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Speeding Up Brain Signals

  • Published18 Jul 2014
  • Reviewed18 Jul 2014
  • Author Michael W. Richardson
  • Source BrainFacts/SfN

Myelin — a fatty material that wraps around axons (pictured on the left and right of nerve fibers above) — preserves the strength of these signals, allowing them to move quickly along the axon. At each node, or gap in the myelin sheath (center above), electrical signals are amplified, allowing the signal to jump to the next node.
Desmazieres, et al. Journal of Neuroscience, 2014.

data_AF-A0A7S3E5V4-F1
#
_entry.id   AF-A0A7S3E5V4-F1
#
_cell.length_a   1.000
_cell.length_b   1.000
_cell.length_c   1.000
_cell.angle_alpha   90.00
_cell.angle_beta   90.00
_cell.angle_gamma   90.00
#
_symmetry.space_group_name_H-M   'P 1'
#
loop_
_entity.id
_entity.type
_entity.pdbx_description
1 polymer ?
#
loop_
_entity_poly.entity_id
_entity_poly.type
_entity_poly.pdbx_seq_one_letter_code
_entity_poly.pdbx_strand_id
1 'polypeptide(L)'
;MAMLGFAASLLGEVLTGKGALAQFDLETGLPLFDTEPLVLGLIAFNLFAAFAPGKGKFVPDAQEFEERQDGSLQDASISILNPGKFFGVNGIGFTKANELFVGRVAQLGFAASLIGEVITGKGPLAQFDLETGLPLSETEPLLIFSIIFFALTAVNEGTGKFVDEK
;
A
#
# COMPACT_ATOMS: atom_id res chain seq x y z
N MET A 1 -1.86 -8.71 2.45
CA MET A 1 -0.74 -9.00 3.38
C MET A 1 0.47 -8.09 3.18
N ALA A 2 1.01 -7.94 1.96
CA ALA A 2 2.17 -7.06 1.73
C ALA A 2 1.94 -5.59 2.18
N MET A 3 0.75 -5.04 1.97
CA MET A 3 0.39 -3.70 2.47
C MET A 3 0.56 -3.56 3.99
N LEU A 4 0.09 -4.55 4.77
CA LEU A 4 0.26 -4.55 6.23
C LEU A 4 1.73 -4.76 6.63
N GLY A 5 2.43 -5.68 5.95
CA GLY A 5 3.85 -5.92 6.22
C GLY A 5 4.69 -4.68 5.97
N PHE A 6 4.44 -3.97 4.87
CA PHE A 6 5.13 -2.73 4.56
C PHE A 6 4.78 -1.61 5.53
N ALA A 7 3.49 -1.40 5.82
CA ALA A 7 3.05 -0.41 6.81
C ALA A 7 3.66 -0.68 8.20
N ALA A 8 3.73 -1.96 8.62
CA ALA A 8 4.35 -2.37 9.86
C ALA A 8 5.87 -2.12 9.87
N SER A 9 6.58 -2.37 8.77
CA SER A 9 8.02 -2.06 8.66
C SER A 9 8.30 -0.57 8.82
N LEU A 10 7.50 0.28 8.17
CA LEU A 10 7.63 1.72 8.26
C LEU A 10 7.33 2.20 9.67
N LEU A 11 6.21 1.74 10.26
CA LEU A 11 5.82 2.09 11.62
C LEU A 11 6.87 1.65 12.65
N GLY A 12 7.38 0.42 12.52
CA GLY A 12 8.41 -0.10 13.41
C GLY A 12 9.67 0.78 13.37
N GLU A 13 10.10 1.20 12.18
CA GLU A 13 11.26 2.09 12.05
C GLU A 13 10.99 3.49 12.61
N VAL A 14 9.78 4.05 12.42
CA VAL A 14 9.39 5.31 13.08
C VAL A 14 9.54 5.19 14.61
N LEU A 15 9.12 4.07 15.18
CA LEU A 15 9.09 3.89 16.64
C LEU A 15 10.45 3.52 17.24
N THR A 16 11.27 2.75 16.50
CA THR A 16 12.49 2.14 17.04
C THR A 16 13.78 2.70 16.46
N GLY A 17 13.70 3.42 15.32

In order for messages to pass between brain cells, electrical signals must travel along the axons of individual neurons. Myelin — a fatty material that wraps around axons (pictured on the left and right of nerve fibers above) — preserves the strength of these signals, allowing them to move quickly along the axon. At each node, or gap in the myelin sheath (center above), electrical signals are amplified, allowing the signal to jump to the next node. Scientists are currently studying these nodes for clues about disorders like multiple sclerosis, a disease that damages the myelin coating on nerve cells and disrupts the transmission of messages between the brain and body.

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